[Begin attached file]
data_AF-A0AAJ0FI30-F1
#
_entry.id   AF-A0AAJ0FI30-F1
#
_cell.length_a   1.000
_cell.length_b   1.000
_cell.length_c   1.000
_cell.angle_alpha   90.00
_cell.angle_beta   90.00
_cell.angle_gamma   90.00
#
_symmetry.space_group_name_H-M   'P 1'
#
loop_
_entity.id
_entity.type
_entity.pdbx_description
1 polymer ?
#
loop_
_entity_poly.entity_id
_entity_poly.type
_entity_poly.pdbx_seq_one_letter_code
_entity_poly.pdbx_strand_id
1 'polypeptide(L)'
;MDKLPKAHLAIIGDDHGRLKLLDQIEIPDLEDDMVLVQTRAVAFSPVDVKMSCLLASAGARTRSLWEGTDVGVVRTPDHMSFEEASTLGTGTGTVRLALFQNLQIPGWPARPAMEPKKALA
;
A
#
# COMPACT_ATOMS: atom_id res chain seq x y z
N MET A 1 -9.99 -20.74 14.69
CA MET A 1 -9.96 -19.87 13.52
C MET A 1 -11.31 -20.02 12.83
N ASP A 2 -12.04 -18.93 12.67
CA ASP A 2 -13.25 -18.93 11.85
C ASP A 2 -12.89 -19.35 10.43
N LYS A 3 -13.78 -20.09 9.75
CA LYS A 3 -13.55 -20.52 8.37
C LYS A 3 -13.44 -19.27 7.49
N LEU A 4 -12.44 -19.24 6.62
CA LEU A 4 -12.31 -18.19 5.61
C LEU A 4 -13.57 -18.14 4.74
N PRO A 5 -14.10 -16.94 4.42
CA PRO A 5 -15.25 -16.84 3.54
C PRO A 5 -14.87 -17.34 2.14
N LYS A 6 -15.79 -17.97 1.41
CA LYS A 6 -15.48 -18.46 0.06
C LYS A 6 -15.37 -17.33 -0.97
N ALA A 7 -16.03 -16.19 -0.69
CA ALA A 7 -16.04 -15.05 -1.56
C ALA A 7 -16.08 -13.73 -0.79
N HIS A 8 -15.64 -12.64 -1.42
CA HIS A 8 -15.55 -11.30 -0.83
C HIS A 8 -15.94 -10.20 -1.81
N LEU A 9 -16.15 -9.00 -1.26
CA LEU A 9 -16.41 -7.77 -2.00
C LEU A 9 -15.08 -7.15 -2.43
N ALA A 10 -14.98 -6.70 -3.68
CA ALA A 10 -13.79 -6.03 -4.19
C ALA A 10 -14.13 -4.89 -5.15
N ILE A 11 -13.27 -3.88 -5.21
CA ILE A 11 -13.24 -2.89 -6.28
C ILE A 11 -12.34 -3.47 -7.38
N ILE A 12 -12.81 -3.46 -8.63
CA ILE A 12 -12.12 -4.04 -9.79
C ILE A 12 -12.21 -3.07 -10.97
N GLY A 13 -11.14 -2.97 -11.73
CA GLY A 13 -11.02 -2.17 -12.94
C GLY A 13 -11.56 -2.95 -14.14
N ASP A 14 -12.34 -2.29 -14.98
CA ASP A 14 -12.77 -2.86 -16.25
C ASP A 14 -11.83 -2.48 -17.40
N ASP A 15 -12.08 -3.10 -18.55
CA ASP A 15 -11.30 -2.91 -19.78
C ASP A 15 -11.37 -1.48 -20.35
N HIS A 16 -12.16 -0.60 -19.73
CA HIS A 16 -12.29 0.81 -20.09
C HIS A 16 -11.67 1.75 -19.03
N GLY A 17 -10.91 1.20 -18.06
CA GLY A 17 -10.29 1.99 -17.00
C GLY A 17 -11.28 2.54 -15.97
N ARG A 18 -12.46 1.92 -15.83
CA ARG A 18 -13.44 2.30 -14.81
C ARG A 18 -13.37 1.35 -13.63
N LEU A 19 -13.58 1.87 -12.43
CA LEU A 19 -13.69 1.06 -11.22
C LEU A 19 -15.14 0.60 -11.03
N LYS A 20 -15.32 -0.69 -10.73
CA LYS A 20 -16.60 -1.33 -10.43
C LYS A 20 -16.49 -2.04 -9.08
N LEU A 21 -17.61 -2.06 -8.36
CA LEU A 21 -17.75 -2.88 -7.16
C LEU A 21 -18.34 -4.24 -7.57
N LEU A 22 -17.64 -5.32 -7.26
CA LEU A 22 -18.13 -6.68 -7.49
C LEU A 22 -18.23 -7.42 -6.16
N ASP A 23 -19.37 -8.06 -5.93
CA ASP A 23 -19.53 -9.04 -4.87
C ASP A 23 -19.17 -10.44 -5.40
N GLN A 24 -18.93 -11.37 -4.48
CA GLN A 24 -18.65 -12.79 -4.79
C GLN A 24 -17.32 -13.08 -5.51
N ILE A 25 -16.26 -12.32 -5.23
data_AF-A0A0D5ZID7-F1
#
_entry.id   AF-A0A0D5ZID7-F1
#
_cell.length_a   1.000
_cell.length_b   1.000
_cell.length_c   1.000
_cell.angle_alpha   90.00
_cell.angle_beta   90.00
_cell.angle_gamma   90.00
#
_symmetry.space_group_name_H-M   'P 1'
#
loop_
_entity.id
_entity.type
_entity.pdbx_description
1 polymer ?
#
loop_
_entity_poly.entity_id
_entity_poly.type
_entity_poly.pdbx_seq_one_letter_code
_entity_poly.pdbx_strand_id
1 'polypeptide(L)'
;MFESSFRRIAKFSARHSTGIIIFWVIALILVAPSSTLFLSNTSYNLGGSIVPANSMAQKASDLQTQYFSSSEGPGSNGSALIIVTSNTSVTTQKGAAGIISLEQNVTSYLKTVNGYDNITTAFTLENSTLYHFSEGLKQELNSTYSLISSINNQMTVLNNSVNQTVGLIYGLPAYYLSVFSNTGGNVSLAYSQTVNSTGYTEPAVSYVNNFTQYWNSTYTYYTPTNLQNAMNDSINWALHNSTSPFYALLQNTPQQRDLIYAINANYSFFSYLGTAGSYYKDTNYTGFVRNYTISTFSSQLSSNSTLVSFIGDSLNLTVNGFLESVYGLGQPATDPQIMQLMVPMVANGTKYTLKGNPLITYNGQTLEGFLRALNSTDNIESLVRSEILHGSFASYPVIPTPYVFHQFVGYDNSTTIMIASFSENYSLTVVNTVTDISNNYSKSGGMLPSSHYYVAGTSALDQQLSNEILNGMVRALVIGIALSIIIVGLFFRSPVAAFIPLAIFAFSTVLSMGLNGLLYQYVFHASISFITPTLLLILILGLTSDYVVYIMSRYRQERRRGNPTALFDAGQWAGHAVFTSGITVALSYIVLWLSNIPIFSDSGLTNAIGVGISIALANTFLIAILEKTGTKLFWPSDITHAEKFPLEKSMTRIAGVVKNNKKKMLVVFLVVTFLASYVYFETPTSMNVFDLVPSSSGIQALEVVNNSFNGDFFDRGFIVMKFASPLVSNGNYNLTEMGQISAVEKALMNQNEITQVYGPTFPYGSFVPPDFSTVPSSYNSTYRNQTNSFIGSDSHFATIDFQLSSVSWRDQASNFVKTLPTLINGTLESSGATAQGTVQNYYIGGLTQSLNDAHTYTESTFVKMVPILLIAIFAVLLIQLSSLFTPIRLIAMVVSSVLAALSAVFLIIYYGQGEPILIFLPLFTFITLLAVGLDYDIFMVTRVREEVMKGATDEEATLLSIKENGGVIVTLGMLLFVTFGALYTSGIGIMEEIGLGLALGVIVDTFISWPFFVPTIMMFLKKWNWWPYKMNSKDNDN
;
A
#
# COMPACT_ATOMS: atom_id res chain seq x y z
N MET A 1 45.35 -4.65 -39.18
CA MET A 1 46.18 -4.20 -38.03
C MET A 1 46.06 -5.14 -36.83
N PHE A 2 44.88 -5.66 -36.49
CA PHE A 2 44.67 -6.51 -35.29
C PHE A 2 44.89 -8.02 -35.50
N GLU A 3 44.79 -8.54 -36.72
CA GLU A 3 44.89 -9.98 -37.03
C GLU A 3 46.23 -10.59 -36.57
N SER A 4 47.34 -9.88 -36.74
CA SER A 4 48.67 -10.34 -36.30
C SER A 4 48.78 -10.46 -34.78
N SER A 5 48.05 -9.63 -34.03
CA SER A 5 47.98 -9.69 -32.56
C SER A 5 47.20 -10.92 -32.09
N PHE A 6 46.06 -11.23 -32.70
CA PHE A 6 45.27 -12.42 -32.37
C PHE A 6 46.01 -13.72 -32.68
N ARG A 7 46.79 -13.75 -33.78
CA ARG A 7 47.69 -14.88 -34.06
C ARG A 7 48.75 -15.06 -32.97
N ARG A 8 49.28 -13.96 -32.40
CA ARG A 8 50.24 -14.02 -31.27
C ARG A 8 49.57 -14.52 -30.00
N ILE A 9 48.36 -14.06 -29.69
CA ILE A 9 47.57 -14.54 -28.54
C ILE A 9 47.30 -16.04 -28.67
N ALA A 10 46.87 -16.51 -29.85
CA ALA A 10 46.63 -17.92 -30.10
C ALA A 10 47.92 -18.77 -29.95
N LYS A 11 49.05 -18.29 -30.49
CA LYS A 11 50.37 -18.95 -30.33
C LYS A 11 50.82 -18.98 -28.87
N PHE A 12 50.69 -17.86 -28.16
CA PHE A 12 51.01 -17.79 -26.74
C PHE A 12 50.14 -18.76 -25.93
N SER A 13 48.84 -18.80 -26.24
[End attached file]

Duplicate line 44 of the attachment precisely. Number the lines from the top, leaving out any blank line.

CA PRO A 5 -15.25 -16.84 3.54